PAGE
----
One of The Fellowship's missions is to build bridges between people of faith. And a historic partnership which we continue to work to strengthen is that between African-American Christians and the Jewish people. Writing at Patheos, Eliana Rudee tells of the latest Fellowship-organized tour of the Holy Land that inspired a group of Baptist leaders from the U.S.:
On a chilly Friday morning in Jerusalem, 14 American Baptist leaders filed into Colel Chabad’s Pantry Packers packing plant, ready to prepare food for Israel’s underprivileged. Despite the cold, Michael Seiler, Manager of Liaison Services with the International Fellowship of Christians and Jews (“The Fellowship”), volunteered his Friday morning to brief the Baptist leaders, promising that this activity would warm everyone’s hearts.
Indeed, hearts were warmed and bridges were built during the group’s weeklong tour around Israel, from February 13-20. For most, this tour represented their first time in Israel, and nearly everyone cited their great excitement about touring the land they invoke daily in Bible passages and having the opportunity to walk where Jesus walked.
The group, part of The Fellowship, learned about “historic bonds” between the Christian and Jewish people through visits to Christian and Jewish holy sites such as the Western Wall, the Old City of Jerusalem, the Sea of Galilee, Masada, Caesarea, Muhraka (Horn of Carmel), and Meggido. They also made a special visit to the Yad Vashem Holocaust Museum.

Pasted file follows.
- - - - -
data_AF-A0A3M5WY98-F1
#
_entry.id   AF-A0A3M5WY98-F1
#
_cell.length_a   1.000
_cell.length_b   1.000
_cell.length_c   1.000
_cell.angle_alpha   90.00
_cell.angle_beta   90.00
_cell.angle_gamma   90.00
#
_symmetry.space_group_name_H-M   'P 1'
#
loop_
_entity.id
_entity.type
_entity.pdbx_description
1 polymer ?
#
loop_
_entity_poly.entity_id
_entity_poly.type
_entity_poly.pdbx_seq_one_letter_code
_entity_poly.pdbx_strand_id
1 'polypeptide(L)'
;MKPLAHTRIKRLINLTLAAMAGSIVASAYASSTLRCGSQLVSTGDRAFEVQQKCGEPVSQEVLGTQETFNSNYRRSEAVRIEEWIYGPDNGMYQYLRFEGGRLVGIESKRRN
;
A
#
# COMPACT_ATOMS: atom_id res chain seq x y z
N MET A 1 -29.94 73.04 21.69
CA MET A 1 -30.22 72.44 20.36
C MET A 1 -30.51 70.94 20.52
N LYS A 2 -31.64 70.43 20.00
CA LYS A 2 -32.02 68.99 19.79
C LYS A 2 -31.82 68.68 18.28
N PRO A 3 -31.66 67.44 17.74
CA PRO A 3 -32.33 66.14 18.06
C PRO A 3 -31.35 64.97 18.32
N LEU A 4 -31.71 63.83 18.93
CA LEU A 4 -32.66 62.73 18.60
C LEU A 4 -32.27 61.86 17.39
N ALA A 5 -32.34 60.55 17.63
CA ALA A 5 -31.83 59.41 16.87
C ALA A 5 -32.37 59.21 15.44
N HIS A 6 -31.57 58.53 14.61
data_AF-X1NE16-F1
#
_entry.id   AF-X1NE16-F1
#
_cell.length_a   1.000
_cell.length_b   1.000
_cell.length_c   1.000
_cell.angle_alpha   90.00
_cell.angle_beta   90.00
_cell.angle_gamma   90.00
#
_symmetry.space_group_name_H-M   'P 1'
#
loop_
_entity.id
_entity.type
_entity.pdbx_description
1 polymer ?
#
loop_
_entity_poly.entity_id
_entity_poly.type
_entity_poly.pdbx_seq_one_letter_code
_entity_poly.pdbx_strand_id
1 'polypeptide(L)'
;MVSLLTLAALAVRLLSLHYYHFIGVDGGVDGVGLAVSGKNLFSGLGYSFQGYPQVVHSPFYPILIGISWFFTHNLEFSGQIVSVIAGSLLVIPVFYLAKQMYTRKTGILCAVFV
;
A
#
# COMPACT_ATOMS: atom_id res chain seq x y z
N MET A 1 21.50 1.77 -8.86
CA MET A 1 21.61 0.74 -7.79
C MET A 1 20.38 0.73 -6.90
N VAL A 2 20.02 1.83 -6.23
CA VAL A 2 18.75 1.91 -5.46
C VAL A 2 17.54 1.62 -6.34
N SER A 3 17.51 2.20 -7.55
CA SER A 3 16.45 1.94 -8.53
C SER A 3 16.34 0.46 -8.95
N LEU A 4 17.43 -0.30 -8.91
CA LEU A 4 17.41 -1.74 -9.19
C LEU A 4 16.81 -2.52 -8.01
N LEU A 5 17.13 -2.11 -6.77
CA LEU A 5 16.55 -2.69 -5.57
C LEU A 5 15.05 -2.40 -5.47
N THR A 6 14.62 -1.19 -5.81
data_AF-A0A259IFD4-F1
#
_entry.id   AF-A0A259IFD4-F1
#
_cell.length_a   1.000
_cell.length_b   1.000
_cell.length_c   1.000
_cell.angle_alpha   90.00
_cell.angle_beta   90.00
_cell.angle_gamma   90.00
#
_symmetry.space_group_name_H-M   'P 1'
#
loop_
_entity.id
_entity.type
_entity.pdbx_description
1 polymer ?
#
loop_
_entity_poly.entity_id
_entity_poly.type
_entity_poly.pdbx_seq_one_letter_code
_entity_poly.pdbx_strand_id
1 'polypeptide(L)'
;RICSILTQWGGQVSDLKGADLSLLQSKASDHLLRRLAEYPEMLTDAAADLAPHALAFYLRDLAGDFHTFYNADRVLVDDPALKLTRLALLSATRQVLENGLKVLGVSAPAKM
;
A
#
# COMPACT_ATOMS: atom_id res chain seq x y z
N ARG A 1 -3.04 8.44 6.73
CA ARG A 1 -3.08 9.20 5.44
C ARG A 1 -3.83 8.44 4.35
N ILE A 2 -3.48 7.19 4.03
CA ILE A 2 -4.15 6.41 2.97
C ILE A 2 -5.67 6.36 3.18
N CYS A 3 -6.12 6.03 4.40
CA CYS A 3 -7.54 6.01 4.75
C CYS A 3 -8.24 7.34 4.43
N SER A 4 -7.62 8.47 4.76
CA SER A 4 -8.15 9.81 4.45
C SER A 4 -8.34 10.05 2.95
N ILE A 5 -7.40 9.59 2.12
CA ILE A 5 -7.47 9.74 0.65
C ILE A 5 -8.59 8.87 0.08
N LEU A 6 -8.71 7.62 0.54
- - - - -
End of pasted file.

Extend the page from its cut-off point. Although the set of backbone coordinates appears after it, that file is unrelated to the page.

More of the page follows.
Reverend Samuel C. Tolbert Jr., from Lake Charles Louisiana, led the group. His goal was to bring back to his community the value in “doing what we have been called to do by God,” namely, being a blessing to Israel through missions to Israel. He noted that African American churches are “passing up a lot of opportunities to be blessed,” citing Genesis 12:1-3: “I will bless those who bless you, and curse those who curse you.”
In addition to citing religious reasons to support Israel, many Baptist leaders appeal to historical ties between Jews and the African American community, citing that Jews were there for them when they needed it during the civil rights movement, and now Jews need their solidarity. They hope to extend solidarity between the two groups by renewing the historical relationship from the 1960s, when Jews marched (two of them killed) in the Selma Civil Rights March with Martin Luther King Jr.
Upon returning home, Reverent Tolbert said that he was especially grateful to “strengthen our connection to the Israeli people and most importantly, to G-d.”
“I will not go home and preach the same,” said Earlene Coleman, a Pastor at the Bethlehem Baptist Church in McKeesport, Pennsylvania, representing the Lott Carey Foreign Mission Convention...